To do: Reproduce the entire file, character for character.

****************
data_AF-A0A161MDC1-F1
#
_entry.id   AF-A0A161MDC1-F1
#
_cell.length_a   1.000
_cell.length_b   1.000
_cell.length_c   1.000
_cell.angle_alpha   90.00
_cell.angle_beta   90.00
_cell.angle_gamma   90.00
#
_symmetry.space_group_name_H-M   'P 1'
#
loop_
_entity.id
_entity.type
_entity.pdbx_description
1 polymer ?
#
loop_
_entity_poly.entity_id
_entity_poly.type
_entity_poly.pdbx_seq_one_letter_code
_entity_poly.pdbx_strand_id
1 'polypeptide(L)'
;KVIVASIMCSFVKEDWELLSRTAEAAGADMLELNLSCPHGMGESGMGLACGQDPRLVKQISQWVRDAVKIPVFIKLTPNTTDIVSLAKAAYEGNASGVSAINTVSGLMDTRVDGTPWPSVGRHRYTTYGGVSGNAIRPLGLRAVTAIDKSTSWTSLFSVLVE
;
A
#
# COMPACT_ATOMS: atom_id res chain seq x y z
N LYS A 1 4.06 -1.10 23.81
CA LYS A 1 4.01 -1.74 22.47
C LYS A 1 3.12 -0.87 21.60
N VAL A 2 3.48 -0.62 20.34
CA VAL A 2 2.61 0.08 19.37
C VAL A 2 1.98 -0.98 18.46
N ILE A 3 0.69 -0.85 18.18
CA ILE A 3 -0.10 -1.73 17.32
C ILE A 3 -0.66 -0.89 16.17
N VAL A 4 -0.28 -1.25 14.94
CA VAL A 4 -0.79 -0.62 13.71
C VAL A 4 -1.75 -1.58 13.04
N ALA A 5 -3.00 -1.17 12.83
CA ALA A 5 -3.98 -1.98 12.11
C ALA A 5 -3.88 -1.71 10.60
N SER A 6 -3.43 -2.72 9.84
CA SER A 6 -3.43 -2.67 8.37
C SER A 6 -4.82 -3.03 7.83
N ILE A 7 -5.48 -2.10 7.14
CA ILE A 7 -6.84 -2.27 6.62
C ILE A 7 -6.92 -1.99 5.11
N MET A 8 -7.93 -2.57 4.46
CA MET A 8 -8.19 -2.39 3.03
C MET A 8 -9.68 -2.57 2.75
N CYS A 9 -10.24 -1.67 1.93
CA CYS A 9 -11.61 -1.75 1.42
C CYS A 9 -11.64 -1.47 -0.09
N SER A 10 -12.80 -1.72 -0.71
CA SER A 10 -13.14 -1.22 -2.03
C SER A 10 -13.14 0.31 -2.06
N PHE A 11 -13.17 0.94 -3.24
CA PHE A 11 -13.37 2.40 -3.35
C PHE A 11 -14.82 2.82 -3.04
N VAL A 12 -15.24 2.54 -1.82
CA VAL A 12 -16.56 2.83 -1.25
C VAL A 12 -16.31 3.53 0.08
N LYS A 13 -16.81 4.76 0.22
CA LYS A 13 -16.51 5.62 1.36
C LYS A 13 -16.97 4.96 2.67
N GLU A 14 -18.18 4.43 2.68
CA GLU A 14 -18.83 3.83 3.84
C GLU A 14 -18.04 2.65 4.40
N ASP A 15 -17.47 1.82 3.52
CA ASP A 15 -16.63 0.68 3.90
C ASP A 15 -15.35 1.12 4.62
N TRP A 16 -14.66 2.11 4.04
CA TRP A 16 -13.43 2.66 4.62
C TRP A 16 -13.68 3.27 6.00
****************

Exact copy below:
data_AF-A0A161MDC1-F1
#
_entry.id   AF-A0A161MDC1-F1
#
_cell.length_a   1.000
_cell.length_b   1.000
_cell.length_c   1.000
_cell.angle_alpha   90.00
_cell.angle_beta   90.00
_cell.angle_gamma   90.00
#
_symmetry.space_group_name_H-M   'P 1'
#
loop_
_entity.id
_entity.type
_entity.pdbx_description
1 polymer ?
#
loop_
_entity_poly.entity_id
_entity_poly.type
_entity_poly.pdbx_seq_one_letter_code
_entity_poly.pdbx_strand_id
1 'polypeptide(L)'
;KVIVASIMCSFVKEDWELLSRTAEAAGADMLELNLSCPHGMGESGMGLACGQDPRLVKQISQWVRDAVKIPVFIKLTPNTTDIVSLAKAAYEGNASGVSAINTVSGLMDTRVDGTPWPSVGRHRYTTYGGVSGNAIRPLGLRAVTAIDKSTSWTSLFSVLVE
;
A
#
# COMPACT_ATOMS: atom_id res chain seq x y z
N LYS A 1 4.06 -1.10 23.81
CA LYS A 1 4.01 -1.74 22.47
C LYS A 1 3.12 -0.87 21.60
N VAL A 2 3.48 -0.62 20.34
CA VAL A 2 2.61 0.08 19.37
C VAL A 2 1.98 -0.98 18.46
N ILE A 3 0.69 -0.85 18.18
CA ILE A 3 -0.10 -1.73 17.32
C ILE A 3 -0.66 -0.89 16.17
N VAL A 4 -0.28 -1.25 14.94
CA VAL A 4 -0.79 -0.62 13.71
C VAL A 4 -1.75 -1.58 13.04
N ALA A 5 -3.00 -1.17 12.83
CA ALA A 5 -3.98 -1.98 12.11
C ALA A 5 -3.88 -1.71 10.60
N SER A 6 -3.43 -2.72 9.84
CA SER A 6 -3.43 -2.67 8.37
C SER A 6 -4.82 -3.03 7.83
N ILE A 7 -5.48 -2.10 7.14
CA ILE A 7 -6.84 -2.27 6.62
C ILE A 7 -6.92 -1.99 5.11
N MET A 8 -7.93 -2.57 4.46
CA MET A 8 -8.19 -2.39 3.03
C MET A 8 -9.68 -2.57 2.75
N CYS A 9 -10.24 -1.67 1.93
CA CYS A 9 -11.61 -1.75 1.42
C CYS A 9 -11.64 -1.47 -0.09
N SER A 10 -12.80 -1.72 -0.71
CA SER A 10 -13.14 -1.22 -2.03
C SER A 10 -13.14 0.31 -2.06
N PHE A 11 -13.17 0.94 -3.24
CA PHE A 11 -13.37 2.40 -3.35
C PHE A 11 -14.82 2.82 -3.04
N VAL A 12 -15.24 2.54 -1.82
CA VAL A 12 -16.56 2.83 -1.25
C VAL A 12 -16.31 3.53 0.08
N LYS A 13 -16.81 4.76 0.22
CA LYS A 13 -16.51 5.62 1.36
C LYS A 13 -16.97 4.96 2.67
N GLU A 14 -18.18 4.43 2.68
CA GLU A 14 -18.83 3.83 3.84
C GLU A 14 -18.04 2.65 4.40
N ASP A 15 -17.47 1.82 3.52
CA ASP A 15 -16.63 0.68 3.90
C ASP A 15 -15.35 1.12 4.62
N TRP A 16 -14.66 2.11 4.04
CA TRP A 16 -13.43 2.66 4.62
C TRP A 16 -13.68 3.27 6.00